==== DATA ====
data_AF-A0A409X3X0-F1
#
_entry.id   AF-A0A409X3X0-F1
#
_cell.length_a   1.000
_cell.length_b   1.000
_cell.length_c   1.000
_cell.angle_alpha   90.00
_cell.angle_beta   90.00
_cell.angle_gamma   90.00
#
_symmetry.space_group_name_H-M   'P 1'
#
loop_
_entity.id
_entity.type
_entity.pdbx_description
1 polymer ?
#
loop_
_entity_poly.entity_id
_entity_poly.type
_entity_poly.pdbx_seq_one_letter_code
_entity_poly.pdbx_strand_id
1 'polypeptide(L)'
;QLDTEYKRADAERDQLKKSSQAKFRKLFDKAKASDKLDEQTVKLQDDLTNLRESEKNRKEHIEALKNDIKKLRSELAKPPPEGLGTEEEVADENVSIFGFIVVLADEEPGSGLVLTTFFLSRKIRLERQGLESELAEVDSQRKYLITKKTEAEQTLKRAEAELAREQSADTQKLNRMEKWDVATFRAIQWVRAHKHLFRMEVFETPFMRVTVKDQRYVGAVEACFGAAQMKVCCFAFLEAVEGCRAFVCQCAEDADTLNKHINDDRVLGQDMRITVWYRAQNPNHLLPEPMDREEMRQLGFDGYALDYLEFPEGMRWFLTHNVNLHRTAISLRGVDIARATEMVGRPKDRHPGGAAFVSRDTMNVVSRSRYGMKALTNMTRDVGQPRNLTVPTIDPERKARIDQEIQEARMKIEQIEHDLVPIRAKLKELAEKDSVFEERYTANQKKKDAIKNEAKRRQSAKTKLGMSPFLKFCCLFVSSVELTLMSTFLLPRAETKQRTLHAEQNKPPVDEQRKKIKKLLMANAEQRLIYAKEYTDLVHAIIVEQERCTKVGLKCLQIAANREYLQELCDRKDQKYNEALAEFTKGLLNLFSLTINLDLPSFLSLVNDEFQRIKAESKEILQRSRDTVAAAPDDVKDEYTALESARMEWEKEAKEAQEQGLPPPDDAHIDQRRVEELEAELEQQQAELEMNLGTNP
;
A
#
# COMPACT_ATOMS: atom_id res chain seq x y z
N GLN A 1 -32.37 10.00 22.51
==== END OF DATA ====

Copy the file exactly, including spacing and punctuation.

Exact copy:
data_AF-A0A409X3X0-F1
#
_entry.id   AF-A0A409X3X0-F1
#
_cell.length_a   1.000
_cell.length_b   1.000
_cell.length_c   1.000
_cell.angle_alpha   90.00
_cell.angle_beta   90.00
_cell.angle_gamma   90.00
#
_symmetry.space_group_name_H-M   'P 1'
#
loop_
_entity.id
_entity.type
_entity.pdbx_description
1 polymer ?
#
loop_
_entity_poly.entity_id
_entity_poly.type
_entity_poly.pdbx_seq_one_letter_code
_entity_poly.pdbx_strand_id
1 'polypeptide(L)'
;QLDTEYKRADAERDQLKKSSQAKFRKLFDKAKASDKLDEQTVKLQDDLTNLRESEKNRKEHIEALKNDIKKLRSELAKPPPEGLGTEEEVADENVSIFGFIVVLADEEPGSGLVLTTFFLSRKIRLERQGLESELAEVDSQRKYLITKKTEAEQTLKRAEAELAREQSADTQKLNRMEKWDVATFRAIQWVRAHKHLFRMEVFETPFMRVTVKDQRYVGAVEACFGAAQMKVCCFAFLEAVEGCRAFVCQCAEDADTLNKHINDDRVLGQDMRITVWYRAQNPNHLLPEPMDREEMRQLGFDGYALDYLEFPEGMRWFLTHNVNLHRTAISLRGVDIARATEMVGRPKDRHPGGAAFVSRDTMNVVSRSRYGMKALTNMTRDVGQPRNLTVPTIDPERKARIDQEIQEARMKIEQIEHDLVPIRAKLKELAEKDSVFEERYTANQKKKDAIKNEAKRRQSAKTKLGMSPFLKFCCLFVSSVELTLMSTFLLPRAETKQRTLHAEQNKPPVDEQRKKIKKLLMANAEQRLIYAKEYTDLVHAIIVEQERCTKVGLKCLQIAANREYLQELCDRKDQKYNEALAEFTKGLLNLFSLTINLDLPSFLSLVNDEFQRIKAESKEILQRSRDTVAAAPDDVKDEYTALESARMEWEKEAKEAQEQGLPPPDDAHIDQRRVEELEAELEQQQAELEMNLGTNP
;
A
#
# COMPACT_ATOMS: atom_id res chain seq x y z
N GLN A 1 -32.37 10.00 22.51